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General Office
September 10, 2001 16:23:08
As New Privacy Laws Take Affect, Dealership Telephone Solicitations Are Getting More Attention

Keith Whann
Whann and Associates

Over the past several years motor vehicle dealers have begun to embrace new technology to improve their communication with existing and potential customers. Electronic communications via the Internet and automated telephone systems can reach potential customers quicker and with less expense than employing additional dealership personnel to make telephone calls. Dealers have used electronic communication systems to obtain and verify credit information, conduct consumer satisfaction inquires, schedule service appointments, and advertise new products and services and special promotions. While most dealers are aware of the new federal privacy laws that became effective in July, 2001 and protect individuals from having their nonpublic personal information shared without proper authorization, we have found that few dealers are aware of the federal and state laws that impose restrictions on telephone solicitations.

The Telephone Consumer Protection Act and the Federal Communications Commission's (FCC) Restrictions on Telephone Solicitations, the implementing regulations, restrict the initiation of telephone calls for the purpose of making “telephone solicitations”. The term “telephone solicitation” has been broadly defined to include the initiation of a telephone call or message for the purpose of encouraging the purchase or rental of, or investment in, property, goods, or services, which is transmitted to any person. The purpose of the Act was to place restrictions on telemarketing practices that could be intrusive, a nuisance and an invasion of privacy. The restrictions on telephone solicitations apply to live communications as well as pre-recorded messages via the telephone and the use of a machine, computer or other device to send an unsolicited advertisement to another fax machine. While there are restrictions on the use of telephone solicitations, they are permitted if you fall under an exception set forth in the Act and you implement the practices and procedures required thereunder.

Three of the exceptions that may apply to motor vehicle dealerships state that a telephone solicitation does not include a call or message: (i) to any person with that person's prior express invitation or permission; (ii) to any person with whom the caller has an established business relationship; and (iii) that is made for a commercial purpose but does not include the transmission of any unsolicited advertisement. These exceptions provide dealers with a window of opportunity to utilize telephone solicitations.

For example, the term “unsolicited advertisement” means any material advertising the commercial availability or quality of any property, goods, or services which is transmitted to any person without that person's prior express invitation or permission. “Established business relationship”, on the other hand, means a prior or existing relationship formed by voluntary two-way communication with or without an exchange of consideration, on the basis of an inquiry, application, purchase or transaction involving products or services, which has not been previously terminated by either party. Therefore, when a customer purchases or orders a vehicle, fills out a credit application, has his vehicle serviced, or merely visits your dealership to test drive a vehicle or shop around, you may have established a business relationship and have a valid basis for initiating a “telephone solicitation” in the future.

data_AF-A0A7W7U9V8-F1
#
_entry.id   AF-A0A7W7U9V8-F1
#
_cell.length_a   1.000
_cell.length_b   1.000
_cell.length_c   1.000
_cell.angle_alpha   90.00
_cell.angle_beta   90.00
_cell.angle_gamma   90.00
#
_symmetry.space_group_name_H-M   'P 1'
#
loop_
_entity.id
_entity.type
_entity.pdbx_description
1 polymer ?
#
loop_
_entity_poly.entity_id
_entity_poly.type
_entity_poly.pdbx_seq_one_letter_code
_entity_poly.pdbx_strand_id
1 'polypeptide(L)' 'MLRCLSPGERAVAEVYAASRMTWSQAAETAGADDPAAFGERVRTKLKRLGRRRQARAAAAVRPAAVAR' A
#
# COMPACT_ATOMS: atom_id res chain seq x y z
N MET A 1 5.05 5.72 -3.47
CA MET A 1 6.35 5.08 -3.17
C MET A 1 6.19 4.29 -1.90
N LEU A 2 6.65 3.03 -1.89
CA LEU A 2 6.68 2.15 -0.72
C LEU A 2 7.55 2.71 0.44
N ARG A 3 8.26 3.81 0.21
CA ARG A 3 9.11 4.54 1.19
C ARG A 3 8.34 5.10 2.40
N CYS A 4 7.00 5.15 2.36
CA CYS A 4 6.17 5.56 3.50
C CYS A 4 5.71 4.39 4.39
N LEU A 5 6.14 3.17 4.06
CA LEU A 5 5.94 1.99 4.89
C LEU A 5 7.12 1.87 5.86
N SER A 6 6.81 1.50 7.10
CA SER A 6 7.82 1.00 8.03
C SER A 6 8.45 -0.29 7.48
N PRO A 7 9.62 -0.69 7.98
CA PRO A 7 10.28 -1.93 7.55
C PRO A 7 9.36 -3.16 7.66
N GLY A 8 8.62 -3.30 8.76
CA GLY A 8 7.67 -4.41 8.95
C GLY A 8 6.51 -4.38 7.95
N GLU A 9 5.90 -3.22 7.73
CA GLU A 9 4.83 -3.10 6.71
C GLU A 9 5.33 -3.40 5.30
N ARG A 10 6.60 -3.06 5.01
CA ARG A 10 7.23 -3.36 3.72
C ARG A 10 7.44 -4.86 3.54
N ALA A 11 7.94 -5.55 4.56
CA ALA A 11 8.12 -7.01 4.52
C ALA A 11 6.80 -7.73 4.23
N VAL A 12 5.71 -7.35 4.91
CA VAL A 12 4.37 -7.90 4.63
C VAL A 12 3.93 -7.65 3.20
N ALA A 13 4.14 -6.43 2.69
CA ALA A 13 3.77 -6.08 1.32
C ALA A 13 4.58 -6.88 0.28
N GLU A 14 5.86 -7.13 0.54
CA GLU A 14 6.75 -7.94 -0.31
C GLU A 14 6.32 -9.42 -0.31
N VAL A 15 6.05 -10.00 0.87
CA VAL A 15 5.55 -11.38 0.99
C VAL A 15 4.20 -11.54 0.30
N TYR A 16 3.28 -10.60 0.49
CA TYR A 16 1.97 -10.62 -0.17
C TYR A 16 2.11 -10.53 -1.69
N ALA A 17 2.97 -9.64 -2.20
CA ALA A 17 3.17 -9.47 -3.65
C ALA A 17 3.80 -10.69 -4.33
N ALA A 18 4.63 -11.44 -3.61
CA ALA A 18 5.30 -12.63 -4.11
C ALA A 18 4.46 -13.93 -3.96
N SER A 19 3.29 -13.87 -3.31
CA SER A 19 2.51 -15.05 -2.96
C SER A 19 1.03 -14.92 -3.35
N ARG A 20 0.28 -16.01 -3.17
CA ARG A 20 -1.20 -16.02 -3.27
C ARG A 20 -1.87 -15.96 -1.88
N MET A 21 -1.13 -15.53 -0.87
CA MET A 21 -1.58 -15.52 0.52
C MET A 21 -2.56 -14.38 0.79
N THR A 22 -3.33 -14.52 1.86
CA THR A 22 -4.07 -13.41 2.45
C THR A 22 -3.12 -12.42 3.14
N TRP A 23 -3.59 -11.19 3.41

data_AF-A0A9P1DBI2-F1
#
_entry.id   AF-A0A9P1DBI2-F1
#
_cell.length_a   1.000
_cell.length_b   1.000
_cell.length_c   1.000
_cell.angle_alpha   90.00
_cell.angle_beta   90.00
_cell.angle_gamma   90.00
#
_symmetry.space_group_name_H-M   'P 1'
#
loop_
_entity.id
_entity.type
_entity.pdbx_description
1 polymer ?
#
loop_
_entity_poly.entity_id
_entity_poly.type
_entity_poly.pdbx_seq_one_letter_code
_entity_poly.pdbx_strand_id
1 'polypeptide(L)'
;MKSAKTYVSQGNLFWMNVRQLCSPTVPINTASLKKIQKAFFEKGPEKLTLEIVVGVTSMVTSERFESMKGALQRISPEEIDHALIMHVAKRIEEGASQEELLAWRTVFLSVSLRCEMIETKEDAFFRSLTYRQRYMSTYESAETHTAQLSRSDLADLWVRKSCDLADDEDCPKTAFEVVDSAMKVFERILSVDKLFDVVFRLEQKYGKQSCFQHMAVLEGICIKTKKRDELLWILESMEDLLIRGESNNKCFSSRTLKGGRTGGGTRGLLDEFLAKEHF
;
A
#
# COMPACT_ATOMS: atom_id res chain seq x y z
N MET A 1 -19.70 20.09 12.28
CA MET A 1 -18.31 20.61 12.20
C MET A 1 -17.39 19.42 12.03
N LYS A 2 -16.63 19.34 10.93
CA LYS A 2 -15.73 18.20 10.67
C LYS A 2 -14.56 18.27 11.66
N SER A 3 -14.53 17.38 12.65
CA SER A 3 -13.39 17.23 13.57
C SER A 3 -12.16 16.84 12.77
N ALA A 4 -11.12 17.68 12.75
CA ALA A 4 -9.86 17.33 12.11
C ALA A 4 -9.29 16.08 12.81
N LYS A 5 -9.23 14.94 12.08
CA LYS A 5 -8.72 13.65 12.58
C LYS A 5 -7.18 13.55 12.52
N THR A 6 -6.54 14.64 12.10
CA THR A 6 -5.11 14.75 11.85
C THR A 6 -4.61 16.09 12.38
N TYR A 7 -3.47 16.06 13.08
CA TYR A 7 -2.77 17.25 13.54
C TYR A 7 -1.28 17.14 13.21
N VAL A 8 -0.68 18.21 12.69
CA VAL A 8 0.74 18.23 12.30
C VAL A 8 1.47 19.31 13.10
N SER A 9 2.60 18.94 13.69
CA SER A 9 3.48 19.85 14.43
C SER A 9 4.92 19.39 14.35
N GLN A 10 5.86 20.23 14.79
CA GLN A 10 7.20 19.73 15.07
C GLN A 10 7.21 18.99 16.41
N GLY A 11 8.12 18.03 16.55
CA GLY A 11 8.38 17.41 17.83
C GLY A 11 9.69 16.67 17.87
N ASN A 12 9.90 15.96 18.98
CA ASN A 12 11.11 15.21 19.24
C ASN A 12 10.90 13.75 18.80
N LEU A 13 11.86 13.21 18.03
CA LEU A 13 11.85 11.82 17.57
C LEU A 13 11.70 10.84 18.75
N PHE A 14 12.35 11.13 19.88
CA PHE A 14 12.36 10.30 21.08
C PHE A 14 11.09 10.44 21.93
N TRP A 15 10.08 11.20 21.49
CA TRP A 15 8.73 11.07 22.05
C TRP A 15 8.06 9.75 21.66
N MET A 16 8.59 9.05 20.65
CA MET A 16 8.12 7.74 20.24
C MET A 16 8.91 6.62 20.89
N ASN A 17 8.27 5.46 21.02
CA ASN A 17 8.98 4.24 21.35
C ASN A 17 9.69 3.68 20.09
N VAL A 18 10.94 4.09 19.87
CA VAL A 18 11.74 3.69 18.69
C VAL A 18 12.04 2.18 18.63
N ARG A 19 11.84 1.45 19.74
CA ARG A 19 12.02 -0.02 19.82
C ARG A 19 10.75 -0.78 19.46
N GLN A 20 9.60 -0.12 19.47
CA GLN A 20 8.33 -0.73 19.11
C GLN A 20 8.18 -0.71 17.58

If a dealer is permitted to make a telephone solicitation, there are still a number of restrictions on when a telephone call can be made and certain practices and procedures that must be implemented and followed. For example, any prerecorded telephone messages delivered by an automatic telephone dialing system must state clearly at the beginning of the message the identity of the business, individual, or other entity initiating the call and, during or after the message, state clearly the telephone number (other than that of the autodialer or prerecorded message player which placed the call) or address of such business, other entity, or individual. A telephone solicitation may not be initiated to a residential telephone subscriber before 8 a.m. or after 9 p.m. (local time at the called party's location), and the entity initiating the solicitation must have procedures for maintaining a list of persons who do not wish to receive telephone solicitations made by or on its behalf. The procedures instituted must meet the following minimum standards:

  1. Written policy. Persons or entities making telephone solicitations must have a written policy, available upon demand, for maintaining a do-not-call list.

  2. Training or personnel engaged in telephone solicitation. Personnel engaged in any aspect of telephone solicitations must be informed and trained in the existence and use of the do-not-call list.